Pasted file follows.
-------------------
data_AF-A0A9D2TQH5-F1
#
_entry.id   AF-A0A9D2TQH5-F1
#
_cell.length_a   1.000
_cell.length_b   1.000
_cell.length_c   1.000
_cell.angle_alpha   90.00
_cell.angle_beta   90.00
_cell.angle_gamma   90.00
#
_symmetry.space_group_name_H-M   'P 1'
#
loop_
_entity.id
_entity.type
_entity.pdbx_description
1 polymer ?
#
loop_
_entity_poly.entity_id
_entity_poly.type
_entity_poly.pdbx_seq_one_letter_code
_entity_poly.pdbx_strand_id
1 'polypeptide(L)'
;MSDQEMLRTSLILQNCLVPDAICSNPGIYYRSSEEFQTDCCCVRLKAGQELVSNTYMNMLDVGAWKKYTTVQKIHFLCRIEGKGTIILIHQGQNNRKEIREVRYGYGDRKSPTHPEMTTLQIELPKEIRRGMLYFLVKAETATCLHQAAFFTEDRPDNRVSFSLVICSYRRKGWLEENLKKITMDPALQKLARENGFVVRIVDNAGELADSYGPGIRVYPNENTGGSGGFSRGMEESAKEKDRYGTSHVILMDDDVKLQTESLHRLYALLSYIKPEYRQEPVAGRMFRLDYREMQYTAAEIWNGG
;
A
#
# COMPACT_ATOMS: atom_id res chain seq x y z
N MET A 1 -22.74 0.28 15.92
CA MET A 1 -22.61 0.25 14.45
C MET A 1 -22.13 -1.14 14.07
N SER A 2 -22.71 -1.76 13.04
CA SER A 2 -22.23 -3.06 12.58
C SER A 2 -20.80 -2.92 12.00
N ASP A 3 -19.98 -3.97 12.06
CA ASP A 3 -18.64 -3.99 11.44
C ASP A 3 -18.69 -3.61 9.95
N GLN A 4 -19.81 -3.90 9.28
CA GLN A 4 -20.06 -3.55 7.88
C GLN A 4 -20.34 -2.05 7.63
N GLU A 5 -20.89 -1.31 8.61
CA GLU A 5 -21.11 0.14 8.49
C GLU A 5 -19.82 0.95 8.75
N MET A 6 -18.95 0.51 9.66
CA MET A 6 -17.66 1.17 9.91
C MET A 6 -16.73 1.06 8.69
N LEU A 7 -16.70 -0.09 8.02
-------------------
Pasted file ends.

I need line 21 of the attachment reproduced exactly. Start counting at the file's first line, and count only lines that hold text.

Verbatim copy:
_entity_poly.entity_id